"Kee" Points with Jim Kee, Ph.D.

Stocks have made a big round trip over the past week, basically running up about 3% prior to the Fed rate hike decision and then running back down afterwards. The Fed did raise rates a quarter of a point last week, but that was widely anticipated. The sell-off seemed to be centered on declining oil prices and concerns over Chinese growth.


With respect to oil, recall that whether a price change is bullish (good) or bearish (bad) depends upon what’s driving it. Oil prices are driven by a confluence of factors – supply, demand, and the value of the dollar. Right now, both excess supply and the apparent collapse of OPEC (contributing to that increase in supply as each country increases production) appear to be driving the downward movement of oil prices. Demand growth is slowing, but absolute demand is growing year-over-year. That is, the world is consuming more oil now than it did a year ago.


I think the reason that this supply-led price decline isn’t more bullish has to do with the uncertainty created by its large and abrupt nature. Eighty percent of the world’s oil supplies are believed to be held by countries with state-controlled economies. What are the geopolitical dynamics to be expected from them with an oil price collapse? That’s the uncertainty I’m talking about. I do, however, feel that 2016 will start to reflect the more positive impact of lower energy prices for the world as a whole (the world is a net oil importer) rather than just the negative impact of increased uncertainty.


As for China, data coming out of that country suggests at best continued slowing, but stabilizing. I heard a fascinating statistic about China last week from former Treasury Secretary Larry Summers: China laid down more cement and concrete between 2011 and 2013 than the US did during the entire 20th century! That is a truly mind boggling statement, and here’s how to think about it:  In market-based economies capital gets allocated according to the dictates of profit and loss. That tends to move capital investment towards its highest valued use. Not 100% of it, because markets are hypothesis testing grounds with a lot of experimentation, but most of it. Conversely, in state-directed economies there is less tendency for capital to be allocated towards its highest valued use, and that leads to capital miss-investment or malinvestment. China obviously has plenty of that, not just in infrastructure but also things like manufacturing facilities. The way this is commonly expressed is, “China has a lot of excess capacity.”


So China is slowing, and this has affected other emerging markets, which were formerly the high growth areas of the world (some still are). The debate right now is whether or not this China-led emerging market slow down can pull the world in general, and the US in particular, into recession in 2016. This weekend’s Barron’s interviewee, David Levy of Jerome Levy Forecasting, thinks so. But Levy has been consistently negative since this bull market began in 2009 and has in fact been taken to task for this by Barry Rithholtz at Bloomberg (“My Prediction: Your Forecast is Wrong”- love that title!). I’ve mentioned that historically the US could drag the rest of the world into recession but not the other way around, and Levy in fact concedes that it has never happened in the post WWII period (i.e. a rest-of-the world led recession).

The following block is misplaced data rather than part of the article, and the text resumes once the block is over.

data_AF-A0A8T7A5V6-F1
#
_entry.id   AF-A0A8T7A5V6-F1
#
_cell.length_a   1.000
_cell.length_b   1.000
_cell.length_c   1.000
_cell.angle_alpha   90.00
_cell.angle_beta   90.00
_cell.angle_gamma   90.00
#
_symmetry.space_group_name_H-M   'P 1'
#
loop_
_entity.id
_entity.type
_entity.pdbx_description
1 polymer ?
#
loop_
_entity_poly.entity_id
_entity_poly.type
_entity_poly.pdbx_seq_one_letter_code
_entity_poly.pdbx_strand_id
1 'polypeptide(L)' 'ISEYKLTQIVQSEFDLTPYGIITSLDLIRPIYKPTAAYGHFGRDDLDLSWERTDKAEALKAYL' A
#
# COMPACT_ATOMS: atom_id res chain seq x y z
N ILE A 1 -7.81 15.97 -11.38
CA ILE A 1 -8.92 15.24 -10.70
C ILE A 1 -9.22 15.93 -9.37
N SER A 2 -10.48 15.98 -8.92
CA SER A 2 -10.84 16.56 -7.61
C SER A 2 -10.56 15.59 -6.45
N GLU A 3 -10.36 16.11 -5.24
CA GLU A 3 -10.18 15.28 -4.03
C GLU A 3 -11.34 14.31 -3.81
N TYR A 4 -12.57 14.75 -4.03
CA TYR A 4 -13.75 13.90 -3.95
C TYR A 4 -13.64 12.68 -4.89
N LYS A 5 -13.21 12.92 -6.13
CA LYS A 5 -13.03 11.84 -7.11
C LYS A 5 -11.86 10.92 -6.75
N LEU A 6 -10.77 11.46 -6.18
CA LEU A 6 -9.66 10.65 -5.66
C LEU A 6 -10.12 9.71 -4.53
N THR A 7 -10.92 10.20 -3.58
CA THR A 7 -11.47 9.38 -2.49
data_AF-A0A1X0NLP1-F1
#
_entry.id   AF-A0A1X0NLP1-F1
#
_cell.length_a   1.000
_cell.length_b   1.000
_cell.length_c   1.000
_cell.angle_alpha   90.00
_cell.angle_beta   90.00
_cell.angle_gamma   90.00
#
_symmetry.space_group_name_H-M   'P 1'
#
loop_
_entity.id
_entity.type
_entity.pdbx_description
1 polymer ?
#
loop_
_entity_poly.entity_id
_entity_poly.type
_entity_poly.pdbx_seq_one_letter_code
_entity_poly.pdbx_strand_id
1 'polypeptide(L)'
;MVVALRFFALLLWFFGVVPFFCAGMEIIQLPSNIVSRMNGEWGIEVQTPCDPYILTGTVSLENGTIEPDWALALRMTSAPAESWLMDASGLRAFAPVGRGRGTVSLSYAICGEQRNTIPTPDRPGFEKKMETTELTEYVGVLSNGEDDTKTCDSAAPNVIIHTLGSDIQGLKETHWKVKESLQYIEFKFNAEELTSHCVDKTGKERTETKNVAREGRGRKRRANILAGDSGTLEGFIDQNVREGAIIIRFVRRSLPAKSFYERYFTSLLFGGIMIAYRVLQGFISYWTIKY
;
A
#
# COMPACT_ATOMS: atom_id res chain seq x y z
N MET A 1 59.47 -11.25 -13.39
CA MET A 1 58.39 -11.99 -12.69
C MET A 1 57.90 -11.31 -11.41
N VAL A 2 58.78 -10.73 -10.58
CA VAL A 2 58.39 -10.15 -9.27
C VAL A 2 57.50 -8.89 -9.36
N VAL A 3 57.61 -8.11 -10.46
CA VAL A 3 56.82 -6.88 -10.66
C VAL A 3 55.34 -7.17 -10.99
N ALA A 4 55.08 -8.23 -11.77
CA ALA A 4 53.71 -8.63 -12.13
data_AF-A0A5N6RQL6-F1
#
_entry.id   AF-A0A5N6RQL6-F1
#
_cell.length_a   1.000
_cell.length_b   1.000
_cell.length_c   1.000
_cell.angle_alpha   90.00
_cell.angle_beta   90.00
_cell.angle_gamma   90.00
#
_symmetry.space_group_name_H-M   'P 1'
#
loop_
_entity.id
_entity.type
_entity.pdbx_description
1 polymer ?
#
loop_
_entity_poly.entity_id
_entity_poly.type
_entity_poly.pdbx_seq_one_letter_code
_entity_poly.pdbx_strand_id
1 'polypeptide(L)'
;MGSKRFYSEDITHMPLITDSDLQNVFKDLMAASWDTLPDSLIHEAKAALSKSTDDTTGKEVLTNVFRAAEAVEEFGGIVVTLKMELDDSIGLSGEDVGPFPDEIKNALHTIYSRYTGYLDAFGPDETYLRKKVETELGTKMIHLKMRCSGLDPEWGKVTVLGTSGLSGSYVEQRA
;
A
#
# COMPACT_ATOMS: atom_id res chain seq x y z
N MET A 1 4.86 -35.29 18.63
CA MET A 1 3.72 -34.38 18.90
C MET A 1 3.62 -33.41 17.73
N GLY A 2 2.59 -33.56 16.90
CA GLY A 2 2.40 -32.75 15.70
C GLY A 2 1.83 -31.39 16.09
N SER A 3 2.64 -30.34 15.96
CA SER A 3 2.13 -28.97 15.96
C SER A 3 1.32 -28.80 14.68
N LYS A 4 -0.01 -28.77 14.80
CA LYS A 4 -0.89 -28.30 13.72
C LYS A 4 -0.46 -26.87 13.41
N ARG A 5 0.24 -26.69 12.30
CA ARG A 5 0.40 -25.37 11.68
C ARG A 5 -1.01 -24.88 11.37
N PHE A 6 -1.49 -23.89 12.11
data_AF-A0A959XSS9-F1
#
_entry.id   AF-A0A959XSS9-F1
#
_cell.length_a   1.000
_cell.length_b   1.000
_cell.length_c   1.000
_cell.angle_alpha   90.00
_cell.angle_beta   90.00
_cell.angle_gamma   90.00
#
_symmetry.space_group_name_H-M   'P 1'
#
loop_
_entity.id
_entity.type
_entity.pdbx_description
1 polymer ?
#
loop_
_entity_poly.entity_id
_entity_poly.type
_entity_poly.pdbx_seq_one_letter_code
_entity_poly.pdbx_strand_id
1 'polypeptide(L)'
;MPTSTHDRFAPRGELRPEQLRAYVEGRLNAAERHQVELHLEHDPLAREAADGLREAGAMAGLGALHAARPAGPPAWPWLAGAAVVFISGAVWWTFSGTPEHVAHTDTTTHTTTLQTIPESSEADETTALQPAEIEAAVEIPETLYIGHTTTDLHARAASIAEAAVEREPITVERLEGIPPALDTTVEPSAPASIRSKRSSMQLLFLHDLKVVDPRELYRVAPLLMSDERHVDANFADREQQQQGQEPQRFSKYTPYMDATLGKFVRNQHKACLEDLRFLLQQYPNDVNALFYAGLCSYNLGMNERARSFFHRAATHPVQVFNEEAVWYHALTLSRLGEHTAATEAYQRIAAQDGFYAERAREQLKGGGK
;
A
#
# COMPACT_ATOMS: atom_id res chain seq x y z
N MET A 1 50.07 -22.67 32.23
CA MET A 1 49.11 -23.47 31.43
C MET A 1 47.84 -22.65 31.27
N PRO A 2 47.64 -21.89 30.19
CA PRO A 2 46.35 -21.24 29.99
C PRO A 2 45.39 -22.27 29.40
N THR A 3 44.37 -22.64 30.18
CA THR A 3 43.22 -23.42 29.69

Others forecasters, like Jawad Mian, speaking on Wharton Business Radio last Friday, argue that global growth concerns are overblown. There is a return of “old economy” versus “new economy” thinking here, as Mian argues that the negative industrial production numbers are less relevant today than the more positive services numbers.  Mian also points out that credit conditions are improving in Europe, where bank finance is far more important than in the US (which finances through capital markets). And with respect to oil, Mian cites Gavekal’s Anatole Kaletsky that in each occasion on which the oil price was cut in half (1982-1983, 1985-1986, 1992-1993, 1997-1998, 2001-2002), faster global growth followed, while every global recession in the past 50 years has been preceded by a sharp increase in oil prices.  That’s probably putting too much emphasis on oil amidst other factors, but these facts are insightful.


All of this highlights an important constant in this business, and that is that you can always find someone who is positive and someone who is negative regarding markets, economies, and just about any asset class. Most analysts, and the data I see right now, point to neither boom nor bust for the global economy.